The pharmaceutical industry has for many years been interested in the formation of salts as a means of controlling the chemical/physical properties of API (active pharmaceutical ingredient) molecules. While current interest in cocrystals has led to study of their formation and phase behaviour, comparatively little data is available for salts. This work aims to come some way to redress that balance. Initial studies focussed on a single base manually ground with a number of acids (leading on from previous solution work). Salt formation was noted in a significant number of cases. The work was followed by two more detailed and contrasting case studies. These case studies are ephedrine with pimelic acid and benzoic acid.Both mono- and di-basic salts of ephedrine and pimelic acid were formed both by grinding and solution methods. Binary and aqueous ternary phase diagrams were measured to allow assessment of pure phase regions. The ideality of the systems was assessed and, while the binary phase diagram showed some relatively ideal regions, the ternary system appeared highly non-ideal.Effects on the shape and size of phase regions have been considered, especially the role ionisation plays in the ternary non-ideality. Using fundamental equations solubility has been determined as a function of pH and compared to experimental data. The pH value has also been calculated using concentrations of acid and base along the experimental liquidus of the ternary phase diagram and comparisons made with measured pH values. From these comparisons it was determined that the non-ideality and shape of the liquidus in the ephedrine/pimelic acid/water ternary phase diagram is not solely due to ionisation of the components.Some major issues that may arise in attempted salt formation studies are discussed in relation to the ephedrine and benzoic acid system. Aqueous salt formation was not successful; therefore reasons for this failure are discussed. It is concluded that while the ternary phase behaviour of a salt should be considered, it does not mean the ionisation behaviour (and hence the speciation diagram) should be ignored. These two sources of information should be assessed in conjunction with one another in order to gain the most accurate insight into a system.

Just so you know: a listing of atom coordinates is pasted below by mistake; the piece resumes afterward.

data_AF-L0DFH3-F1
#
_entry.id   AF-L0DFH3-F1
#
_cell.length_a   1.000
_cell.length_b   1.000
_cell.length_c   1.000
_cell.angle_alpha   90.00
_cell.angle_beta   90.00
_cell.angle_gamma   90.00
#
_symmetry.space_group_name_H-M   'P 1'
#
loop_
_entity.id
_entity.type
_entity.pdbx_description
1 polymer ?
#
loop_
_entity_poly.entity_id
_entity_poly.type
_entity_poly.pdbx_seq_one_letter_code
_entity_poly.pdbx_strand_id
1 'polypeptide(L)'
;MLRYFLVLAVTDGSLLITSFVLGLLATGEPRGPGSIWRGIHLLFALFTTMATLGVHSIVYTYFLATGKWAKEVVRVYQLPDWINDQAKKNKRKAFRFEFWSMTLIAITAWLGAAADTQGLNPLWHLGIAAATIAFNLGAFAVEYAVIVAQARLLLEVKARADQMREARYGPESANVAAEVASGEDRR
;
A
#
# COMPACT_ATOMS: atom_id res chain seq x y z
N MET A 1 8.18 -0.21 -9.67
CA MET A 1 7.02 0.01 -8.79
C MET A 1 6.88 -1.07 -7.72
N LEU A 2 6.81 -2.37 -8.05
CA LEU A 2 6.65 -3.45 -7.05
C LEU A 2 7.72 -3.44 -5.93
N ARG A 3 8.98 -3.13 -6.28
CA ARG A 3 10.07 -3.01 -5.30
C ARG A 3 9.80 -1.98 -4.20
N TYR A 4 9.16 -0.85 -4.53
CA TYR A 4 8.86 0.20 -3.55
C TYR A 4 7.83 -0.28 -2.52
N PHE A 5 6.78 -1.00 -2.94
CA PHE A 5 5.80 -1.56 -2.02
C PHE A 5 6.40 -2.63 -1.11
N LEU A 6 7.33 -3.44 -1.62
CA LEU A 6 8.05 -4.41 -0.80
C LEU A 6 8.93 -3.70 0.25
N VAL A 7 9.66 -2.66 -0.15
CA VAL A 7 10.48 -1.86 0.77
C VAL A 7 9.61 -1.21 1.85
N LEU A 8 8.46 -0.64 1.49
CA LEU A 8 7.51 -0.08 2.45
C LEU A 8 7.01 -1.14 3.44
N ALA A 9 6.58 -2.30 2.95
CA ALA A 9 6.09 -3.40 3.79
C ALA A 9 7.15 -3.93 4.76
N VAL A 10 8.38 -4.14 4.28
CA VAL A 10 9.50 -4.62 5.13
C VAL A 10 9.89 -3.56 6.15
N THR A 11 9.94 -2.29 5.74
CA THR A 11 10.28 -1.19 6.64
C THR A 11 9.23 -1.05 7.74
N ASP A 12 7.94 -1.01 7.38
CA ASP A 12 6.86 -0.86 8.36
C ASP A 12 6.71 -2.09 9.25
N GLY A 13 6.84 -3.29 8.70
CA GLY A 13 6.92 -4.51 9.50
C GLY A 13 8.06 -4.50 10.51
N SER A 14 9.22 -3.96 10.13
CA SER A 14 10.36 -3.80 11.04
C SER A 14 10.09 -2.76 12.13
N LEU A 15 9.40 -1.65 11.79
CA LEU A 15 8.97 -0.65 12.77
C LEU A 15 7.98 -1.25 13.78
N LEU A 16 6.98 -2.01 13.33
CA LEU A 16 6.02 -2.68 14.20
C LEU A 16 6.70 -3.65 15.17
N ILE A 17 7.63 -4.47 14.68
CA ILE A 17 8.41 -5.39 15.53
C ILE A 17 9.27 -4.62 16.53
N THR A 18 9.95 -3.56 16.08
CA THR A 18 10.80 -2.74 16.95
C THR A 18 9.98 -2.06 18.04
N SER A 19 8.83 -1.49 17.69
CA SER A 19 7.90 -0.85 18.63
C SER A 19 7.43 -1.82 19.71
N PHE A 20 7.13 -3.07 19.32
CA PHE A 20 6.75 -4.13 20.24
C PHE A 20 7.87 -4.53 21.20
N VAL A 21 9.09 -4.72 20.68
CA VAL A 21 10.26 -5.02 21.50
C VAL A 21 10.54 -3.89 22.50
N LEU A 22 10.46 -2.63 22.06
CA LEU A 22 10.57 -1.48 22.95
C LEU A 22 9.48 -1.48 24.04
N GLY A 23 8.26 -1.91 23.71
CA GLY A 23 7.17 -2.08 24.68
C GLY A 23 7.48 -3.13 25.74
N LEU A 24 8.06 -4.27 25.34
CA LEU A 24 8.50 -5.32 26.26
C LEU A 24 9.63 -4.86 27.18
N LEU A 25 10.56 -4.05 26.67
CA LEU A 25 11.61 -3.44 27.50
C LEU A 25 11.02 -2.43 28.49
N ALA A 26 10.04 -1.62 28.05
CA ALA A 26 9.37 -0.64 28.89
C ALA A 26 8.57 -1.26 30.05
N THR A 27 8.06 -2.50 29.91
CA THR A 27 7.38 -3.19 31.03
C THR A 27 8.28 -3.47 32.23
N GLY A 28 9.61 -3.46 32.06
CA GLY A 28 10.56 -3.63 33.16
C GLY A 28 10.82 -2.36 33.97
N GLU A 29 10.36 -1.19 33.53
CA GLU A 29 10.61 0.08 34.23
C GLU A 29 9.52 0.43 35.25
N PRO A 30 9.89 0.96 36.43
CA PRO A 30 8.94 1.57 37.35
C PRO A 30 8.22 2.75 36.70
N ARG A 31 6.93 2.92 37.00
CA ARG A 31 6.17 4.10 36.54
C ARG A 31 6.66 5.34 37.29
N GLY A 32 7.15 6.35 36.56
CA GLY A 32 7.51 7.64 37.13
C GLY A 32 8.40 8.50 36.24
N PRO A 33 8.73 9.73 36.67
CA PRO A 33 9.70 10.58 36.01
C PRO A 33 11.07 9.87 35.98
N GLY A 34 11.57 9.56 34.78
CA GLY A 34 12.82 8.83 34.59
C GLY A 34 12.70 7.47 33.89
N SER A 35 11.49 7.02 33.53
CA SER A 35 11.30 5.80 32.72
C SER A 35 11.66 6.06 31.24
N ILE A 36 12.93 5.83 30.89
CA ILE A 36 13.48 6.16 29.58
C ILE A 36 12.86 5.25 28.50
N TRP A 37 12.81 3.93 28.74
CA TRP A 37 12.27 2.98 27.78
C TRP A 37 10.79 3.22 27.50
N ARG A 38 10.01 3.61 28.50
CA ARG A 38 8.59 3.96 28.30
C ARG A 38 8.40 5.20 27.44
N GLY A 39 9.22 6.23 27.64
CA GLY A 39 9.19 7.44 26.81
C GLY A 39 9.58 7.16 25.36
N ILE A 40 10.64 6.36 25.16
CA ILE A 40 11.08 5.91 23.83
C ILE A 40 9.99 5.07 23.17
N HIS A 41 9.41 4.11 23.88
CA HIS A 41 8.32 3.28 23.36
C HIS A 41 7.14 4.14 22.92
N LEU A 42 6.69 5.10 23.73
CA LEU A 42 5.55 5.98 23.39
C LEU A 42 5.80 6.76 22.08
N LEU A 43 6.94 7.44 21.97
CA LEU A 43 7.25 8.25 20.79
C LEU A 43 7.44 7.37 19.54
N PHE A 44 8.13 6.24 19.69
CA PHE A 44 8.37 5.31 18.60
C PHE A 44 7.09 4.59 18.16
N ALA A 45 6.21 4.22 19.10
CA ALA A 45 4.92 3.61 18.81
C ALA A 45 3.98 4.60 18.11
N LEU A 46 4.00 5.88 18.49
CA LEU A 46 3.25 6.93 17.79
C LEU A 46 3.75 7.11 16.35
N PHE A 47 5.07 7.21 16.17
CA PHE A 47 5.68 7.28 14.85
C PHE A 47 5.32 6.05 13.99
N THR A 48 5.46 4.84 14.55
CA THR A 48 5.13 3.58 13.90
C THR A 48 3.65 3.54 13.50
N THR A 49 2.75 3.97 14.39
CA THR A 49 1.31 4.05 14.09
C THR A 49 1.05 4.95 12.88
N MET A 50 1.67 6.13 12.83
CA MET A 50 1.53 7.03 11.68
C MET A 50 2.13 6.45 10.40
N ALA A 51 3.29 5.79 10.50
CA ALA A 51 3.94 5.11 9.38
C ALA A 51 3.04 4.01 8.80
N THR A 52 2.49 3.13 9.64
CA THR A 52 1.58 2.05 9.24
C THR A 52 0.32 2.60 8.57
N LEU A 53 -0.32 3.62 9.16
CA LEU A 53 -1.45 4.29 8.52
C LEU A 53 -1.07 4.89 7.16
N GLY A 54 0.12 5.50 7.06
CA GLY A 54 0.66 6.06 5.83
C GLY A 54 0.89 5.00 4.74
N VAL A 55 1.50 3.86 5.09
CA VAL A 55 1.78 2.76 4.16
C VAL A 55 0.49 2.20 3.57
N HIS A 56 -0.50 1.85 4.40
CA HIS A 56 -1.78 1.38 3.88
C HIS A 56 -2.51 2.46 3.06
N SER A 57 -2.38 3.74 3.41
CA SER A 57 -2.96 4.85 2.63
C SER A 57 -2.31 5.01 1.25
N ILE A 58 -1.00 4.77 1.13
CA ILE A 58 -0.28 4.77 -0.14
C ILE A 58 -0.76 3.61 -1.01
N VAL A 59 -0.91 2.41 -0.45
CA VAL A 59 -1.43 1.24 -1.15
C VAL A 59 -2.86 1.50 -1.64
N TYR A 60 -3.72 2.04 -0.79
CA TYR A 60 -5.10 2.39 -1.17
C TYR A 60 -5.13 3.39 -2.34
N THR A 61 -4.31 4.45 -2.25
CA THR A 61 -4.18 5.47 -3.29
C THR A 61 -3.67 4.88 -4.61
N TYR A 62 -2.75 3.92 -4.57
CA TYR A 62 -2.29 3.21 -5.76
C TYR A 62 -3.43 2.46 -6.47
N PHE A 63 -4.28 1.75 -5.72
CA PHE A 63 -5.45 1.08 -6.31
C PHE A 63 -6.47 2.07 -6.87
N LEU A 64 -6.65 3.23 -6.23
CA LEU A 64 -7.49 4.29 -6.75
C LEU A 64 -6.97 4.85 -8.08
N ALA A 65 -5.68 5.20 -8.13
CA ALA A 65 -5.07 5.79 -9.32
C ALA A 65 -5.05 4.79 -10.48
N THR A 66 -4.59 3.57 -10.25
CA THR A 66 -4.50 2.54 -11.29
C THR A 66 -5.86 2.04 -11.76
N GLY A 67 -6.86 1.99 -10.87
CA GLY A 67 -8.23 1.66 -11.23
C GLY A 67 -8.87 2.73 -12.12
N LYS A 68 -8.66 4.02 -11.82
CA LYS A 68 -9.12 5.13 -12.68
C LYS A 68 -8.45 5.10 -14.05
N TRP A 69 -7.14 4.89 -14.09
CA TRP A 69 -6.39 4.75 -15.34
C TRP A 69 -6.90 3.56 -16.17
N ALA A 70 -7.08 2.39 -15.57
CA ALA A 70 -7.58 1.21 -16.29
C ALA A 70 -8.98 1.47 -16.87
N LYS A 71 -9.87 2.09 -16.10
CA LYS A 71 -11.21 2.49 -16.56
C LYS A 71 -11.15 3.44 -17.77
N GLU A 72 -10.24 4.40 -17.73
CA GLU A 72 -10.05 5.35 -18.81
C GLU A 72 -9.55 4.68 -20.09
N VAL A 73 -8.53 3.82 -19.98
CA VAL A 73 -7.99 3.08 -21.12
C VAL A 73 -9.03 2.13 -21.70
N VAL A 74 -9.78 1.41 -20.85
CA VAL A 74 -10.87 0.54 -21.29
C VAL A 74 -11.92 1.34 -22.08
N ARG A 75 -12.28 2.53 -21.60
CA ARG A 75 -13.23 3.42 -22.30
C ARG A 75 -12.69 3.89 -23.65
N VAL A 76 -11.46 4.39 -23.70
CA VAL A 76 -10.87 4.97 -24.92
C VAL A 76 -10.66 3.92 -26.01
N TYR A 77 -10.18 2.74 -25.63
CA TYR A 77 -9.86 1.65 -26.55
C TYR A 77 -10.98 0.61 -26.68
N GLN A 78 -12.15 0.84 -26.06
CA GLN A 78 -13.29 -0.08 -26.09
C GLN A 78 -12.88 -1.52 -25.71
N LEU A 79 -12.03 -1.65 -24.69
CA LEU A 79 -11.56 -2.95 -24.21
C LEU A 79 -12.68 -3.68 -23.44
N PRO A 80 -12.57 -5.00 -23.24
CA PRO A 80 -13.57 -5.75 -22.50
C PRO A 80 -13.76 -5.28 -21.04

|Date of Award||1 Aug 2011|
- The University of Manchester
|Supervisor||Roger Davey (Supervisor)|